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Circuit Training: Why It’s One of the Best Workouts

Circuits are a popular, effective and practical training method when it comes to weight loss, strengthening muscles, bones and even endurance. A circuit is simply a resistance training program in which one of each prescribed exercise is performed one after another with little to no rest in between. Once all exercises in the circuit are completed, the exerciser can complete the circuit again for another round. This is in contrast to linear training programs in which the exerciser completes a prescribed number of sets of a single exercise, with rest in between, before moving on to the next exercise. Circuit style training programs yield a number of unique benefits and advantages when compared to their linear counterparts. Box Step with High knees is a good example of a compound exercise that can be used in a circuit work out.

The first, and probably the most obvious advantage of circuit training is the time efficiency. Since rest time is kept to a minimum more time is spent exercising, thus burning more calories in the process. This is significant because weight loss is a common training goal, yet many people are limited in the amount of time that they can devote to exercise. Furthermore, if an exerciser performs a full body circuit, one muscle group is resting while another group is working. This cooperative rest and exertion between different muscle areas makes circuit training more time and physiologically efficient. Circuit programs are great for strengthening muscles and bones, but can also simultaneously train the cardiovascular system as well. Not to mention that circuit training offsets the majority of the boredom commonly experienced when performing other forms of cardiovascular training. Overall, circuit training programs are the superior option over linear programs when it comes to weight loss, endurance or general fitness, while saving time in the process.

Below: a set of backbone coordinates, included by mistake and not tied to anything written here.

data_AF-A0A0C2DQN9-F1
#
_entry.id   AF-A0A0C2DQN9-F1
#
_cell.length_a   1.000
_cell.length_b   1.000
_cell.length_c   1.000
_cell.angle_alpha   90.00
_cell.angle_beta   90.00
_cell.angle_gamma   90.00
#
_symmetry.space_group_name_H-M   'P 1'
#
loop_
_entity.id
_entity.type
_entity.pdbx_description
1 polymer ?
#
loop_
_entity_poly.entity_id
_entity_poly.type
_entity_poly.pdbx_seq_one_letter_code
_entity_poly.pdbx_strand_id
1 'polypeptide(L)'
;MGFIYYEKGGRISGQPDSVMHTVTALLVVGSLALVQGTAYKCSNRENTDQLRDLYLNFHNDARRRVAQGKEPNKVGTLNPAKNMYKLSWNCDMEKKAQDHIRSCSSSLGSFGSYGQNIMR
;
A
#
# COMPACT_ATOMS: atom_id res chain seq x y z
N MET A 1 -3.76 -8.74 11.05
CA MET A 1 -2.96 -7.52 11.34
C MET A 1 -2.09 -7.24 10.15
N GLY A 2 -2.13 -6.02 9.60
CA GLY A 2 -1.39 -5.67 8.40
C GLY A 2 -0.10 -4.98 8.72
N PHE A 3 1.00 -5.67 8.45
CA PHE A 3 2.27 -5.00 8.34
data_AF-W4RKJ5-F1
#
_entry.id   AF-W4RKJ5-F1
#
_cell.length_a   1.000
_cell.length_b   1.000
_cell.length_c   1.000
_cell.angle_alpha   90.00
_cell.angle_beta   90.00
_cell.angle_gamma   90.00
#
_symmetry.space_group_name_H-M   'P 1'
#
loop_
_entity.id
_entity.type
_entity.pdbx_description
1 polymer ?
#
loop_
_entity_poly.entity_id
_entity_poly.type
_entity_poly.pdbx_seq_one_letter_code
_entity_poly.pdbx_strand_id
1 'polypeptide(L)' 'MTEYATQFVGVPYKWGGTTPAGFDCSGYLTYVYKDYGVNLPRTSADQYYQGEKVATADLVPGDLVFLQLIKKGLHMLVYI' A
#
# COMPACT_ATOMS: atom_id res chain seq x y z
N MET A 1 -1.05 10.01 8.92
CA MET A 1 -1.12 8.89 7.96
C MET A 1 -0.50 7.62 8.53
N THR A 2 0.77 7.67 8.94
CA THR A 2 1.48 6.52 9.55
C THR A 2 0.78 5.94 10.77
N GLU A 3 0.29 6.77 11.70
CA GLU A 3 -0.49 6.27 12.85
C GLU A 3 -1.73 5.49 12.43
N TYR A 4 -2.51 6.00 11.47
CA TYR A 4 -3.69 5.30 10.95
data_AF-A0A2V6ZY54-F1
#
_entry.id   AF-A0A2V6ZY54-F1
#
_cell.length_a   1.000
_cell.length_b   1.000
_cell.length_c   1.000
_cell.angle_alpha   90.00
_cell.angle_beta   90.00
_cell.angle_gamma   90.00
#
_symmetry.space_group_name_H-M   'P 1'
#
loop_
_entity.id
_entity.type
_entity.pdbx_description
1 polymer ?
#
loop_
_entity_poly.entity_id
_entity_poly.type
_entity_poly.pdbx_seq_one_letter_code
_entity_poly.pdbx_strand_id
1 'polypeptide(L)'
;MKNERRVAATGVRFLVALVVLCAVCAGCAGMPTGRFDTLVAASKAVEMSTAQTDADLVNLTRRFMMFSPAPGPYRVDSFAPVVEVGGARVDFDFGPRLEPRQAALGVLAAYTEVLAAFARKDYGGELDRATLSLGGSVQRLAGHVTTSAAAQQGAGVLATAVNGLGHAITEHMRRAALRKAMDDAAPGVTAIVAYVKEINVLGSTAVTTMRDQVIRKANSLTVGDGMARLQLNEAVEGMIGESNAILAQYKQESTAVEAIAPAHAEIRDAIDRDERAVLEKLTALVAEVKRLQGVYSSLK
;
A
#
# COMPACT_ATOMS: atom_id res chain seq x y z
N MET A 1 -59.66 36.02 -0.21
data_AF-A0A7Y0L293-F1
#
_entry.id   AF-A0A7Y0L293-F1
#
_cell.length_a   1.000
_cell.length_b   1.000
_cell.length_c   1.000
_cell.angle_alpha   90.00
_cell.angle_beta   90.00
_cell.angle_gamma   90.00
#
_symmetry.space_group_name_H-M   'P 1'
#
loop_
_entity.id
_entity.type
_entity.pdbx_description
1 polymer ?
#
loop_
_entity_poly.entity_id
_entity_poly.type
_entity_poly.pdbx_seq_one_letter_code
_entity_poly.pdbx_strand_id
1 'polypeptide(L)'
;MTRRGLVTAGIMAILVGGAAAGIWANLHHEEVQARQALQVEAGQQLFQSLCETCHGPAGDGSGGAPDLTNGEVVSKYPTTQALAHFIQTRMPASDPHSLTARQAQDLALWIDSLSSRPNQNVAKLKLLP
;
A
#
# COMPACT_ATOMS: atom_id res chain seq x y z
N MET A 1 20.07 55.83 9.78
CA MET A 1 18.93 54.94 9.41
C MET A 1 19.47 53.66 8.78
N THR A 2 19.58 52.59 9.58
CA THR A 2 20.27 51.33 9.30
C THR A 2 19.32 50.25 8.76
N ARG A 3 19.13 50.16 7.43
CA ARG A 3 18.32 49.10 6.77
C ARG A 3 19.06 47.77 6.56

In Part 2, we will further discuss key benefits of circuit style training programs. Suggestions regarding how to make circuits more effective will also be provided.

 

By: Thomas Stuglik

References

Gregory Haff, T. T. (2016). Essentials of Strength and Conditioning . Windsor: Human Kinetics.